Study: Movies with Smoking Could be Influencing Teens
According to researchers at the Geisel School of Medicine at Dartmouth College, teen-friendly movies without smoking scenes would deter adolescents from picking up a cigarette.
The researchers surveyed, over a two-year period, over 6,500 teens between 10 and 14 years old. They asked them which of a random selection of box-office hits they'd seen in the previous year and whether they'd ever tried smoking.
Based on the results of the surveys, researchers concluded that teens who watched movies with more smoking scenes were more likely to try smoking themselves. About 60 percent of teens' movie smoking exposure comes from movies that are rated for teen viewing.
James Sargent, a professor of pediatrics at the Geisel School of Medicine at Dartmouth College, said that watching smoking is movies is almost equivalent to watching violence or sex.
"The film industry has known about the relationship between smoking in movies and kids smoking for years and it still has not meaningfully incorporated smoking into its rating system,' Sargent said. "What we want them to do is give an unambiguous 'R' rating for smoking. Just as kids shouldn't be watching extreme violence or extreme sex, they shouldn't be watching smoking."
According to researchers, the number of youth who try cigarettes could drop by 18 percent if smoking was not included in movie scenes. Researchers suggest making all movies with smoking rated "R."
"Smoking is a killer," Sargent said. "Its connection to cancer, heart attacks, and chronic lung disease is beyond doubt. Kids start to smoke before they're old enough to think about the risks; after starting they rapidly become addicted and then regret it. Hollywood plays a role by making smoking look really good. By eliminating smoking in movies marketed to youth, an R rating for smoking would dramatically reduce exposure and lower adolescent smoking by as much as one-fifth."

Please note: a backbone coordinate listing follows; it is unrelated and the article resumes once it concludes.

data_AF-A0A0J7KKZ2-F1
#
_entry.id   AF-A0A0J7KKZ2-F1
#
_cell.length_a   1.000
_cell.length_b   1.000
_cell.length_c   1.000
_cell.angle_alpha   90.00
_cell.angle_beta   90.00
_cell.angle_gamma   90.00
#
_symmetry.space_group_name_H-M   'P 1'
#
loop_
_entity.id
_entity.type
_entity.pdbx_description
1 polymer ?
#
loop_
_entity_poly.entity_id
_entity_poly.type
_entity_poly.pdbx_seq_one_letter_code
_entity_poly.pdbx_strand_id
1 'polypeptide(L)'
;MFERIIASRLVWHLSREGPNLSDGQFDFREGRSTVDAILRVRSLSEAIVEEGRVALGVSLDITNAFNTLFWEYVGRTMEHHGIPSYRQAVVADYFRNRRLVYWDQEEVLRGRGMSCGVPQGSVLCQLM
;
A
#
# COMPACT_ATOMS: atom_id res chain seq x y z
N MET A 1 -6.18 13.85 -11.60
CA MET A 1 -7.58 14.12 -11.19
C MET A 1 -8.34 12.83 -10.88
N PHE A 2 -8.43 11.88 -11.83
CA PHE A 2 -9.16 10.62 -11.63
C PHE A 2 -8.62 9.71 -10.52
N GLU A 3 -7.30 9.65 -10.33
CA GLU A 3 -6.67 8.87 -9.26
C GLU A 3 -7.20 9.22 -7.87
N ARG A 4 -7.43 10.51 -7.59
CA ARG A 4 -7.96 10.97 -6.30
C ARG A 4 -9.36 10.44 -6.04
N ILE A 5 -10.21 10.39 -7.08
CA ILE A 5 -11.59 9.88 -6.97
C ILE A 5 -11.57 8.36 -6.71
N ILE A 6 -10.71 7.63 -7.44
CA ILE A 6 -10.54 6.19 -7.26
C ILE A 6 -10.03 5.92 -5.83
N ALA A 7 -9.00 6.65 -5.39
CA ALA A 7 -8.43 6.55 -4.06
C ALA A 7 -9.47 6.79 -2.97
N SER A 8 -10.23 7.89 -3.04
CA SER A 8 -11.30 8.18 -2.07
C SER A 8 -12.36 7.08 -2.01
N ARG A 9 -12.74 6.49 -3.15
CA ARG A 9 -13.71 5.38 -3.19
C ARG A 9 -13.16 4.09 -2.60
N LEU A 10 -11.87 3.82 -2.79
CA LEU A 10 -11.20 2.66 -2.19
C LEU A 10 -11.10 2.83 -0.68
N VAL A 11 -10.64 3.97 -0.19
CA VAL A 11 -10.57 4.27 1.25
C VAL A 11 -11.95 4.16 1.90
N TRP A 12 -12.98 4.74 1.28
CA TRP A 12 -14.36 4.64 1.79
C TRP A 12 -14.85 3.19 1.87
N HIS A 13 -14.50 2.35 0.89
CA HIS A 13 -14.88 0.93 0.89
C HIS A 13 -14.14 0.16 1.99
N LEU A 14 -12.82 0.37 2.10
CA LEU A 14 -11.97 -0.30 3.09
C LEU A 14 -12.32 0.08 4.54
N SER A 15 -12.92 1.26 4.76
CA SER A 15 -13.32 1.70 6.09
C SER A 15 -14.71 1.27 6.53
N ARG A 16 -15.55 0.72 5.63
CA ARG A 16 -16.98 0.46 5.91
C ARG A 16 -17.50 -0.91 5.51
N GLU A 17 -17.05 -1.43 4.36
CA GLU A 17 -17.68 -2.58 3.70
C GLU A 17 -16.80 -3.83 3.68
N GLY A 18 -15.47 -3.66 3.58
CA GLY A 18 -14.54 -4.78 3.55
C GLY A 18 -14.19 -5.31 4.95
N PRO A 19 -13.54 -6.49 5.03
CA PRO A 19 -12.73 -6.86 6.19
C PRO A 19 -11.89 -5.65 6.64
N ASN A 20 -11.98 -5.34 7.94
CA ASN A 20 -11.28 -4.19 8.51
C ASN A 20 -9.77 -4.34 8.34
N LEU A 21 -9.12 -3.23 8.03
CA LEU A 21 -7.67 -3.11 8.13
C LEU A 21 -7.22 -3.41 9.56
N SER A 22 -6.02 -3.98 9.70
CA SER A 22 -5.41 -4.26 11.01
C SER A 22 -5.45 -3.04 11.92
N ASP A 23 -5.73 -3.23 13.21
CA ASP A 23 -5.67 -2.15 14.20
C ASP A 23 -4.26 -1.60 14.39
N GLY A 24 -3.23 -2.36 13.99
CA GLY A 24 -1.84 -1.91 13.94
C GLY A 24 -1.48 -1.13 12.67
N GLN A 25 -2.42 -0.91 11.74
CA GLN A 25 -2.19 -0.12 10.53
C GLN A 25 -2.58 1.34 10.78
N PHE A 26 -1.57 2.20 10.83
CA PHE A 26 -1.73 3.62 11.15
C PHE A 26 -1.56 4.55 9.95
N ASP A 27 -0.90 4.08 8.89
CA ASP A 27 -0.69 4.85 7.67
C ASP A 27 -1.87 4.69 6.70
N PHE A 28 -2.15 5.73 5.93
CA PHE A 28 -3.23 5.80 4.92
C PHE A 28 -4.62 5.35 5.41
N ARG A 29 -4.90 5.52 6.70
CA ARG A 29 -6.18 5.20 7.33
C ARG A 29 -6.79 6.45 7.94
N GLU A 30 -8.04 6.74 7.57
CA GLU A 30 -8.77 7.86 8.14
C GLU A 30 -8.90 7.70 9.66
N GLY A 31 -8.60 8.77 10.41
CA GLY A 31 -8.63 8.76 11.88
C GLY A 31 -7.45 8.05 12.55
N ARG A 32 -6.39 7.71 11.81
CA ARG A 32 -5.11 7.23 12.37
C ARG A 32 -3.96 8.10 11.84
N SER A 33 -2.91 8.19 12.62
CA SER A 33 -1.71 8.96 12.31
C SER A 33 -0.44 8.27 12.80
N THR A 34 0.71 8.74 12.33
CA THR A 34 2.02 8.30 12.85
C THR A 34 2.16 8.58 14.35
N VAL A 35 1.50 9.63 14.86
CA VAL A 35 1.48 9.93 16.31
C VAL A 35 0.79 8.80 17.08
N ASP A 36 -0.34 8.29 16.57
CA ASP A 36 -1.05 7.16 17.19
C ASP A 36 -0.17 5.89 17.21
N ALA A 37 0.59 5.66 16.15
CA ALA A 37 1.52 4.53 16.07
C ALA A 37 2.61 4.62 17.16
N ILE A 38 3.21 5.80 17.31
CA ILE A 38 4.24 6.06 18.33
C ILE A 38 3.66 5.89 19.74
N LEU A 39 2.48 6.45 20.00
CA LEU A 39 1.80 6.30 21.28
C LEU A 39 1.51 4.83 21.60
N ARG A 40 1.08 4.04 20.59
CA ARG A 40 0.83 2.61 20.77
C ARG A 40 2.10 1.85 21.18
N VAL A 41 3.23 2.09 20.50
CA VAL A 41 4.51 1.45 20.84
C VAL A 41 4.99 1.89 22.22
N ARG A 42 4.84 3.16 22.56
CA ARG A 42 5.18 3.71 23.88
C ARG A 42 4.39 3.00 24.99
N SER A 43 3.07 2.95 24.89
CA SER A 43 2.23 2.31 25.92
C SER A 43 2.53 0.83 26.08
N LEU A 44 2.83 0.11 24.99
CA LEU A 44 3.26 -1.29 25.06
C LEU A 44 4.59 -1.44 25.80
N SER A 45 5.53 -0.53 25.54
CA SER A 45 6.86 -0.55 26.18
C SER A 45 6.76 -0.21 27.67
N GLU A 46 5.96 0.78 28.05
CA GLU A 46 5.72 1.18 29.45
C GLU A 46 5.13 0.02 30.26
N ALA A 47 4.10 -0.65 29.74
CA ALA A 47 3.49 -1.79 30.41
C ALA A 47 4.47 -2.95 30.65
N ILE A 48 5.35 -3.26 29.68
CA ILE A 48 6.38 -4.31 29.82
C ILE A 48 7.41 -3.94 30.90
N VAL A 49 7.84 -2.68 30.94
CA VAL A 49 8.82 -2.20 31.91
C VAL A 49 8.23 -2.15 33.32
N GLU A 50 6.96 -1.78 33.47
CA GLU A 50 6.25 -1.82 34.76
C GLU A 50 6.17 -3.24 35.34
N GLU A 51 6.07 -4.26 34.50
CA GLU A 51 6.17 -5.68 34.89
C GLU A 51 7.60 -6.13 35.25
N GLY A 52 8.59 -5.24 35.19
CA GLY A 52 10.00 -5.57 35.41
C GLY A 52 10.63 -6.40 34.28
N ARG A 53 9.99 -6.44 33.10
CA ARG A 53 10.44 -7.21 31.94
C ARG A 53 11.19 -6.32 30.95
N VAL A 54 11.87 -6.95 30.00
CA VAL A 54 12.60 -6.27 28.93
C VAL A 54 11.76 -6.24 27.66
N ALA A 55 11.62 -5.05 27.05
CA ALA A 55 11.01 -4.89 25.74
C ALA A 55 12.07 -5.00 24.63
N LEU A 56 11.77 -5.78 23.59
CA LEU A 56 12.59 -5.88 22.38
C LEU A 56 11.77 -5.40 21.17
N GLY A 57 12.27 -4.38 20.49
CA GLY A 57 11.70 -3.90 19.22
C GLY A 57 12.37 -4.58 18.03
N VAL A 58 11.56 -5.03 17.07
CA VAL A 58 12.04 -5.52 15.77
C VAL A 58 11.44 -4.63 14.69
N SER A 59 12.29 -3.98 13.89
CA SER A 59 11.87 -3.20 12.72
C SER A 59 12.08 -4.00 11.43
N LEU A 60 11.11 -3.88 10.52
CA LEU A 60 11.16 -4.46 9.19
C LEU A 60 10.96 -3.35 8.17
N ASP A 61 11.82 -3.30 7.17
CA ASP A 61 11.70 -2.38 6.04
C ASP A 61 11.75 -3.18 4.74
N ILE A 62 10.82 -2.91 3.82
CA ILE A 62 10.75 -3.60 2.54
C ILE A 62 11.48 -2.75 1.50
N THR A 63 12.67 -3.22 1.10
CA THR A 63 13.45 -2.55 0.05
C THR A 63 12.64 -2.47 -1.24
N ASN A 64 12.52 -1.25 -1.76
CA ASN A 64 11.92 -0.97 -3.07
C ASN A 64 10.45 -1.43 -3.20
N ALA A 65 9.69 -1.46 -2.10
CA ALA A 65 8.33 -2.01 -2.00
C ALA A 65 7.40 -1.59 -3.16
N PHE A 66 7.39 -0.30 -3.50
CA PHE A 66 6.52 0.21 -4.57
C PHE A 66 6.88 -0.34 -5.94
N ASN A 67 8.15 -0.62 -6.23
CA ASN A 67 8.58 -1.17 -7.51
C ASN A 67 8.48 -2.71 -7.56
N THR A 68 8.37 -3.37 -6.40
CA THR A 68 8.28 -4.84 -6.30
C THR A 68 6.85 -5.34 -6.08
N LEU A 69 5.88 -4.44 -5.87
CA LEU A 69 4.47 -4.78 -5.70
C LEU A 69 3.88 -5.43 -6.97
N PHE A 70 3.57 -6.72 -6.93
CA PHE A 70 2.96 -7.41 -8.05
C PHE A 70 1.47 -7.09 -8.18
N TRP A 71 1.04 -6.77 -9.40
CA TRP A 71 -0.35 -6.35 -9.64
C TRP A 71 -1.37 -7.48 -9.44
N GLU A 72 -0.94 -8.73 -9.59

The study was published in the journal Pediatrics and supports an earlier study this year that watching movie smoking causes teens to pick up the habit. However, researchers say more work must be done to figure out whether "on-screen smoking per se or other adult behaviors in films - the sex and violence that accompany smoking - that affect teens' behavior."
"It's a terrible thing when a kid starts smoking, and the idea that what they see in the movies can cause that and can be responsible for that is something we take very seriously for public health because smoking causes a lot of bad diseases in our population," said Sargent.
Researchers say it's up to the parents to monitor what their children watch, even if the Motion Picture Association of America includes smoking in its rating system. They also said that teens should not be watching more than two movies a week and they shouldn't be exposed to R-rated content until late in adolescence.
"The next step for us is to motivate and help parents limit access to these movies. Teens still get a lot of exposure to smoking from rated R movies," said, Sargent.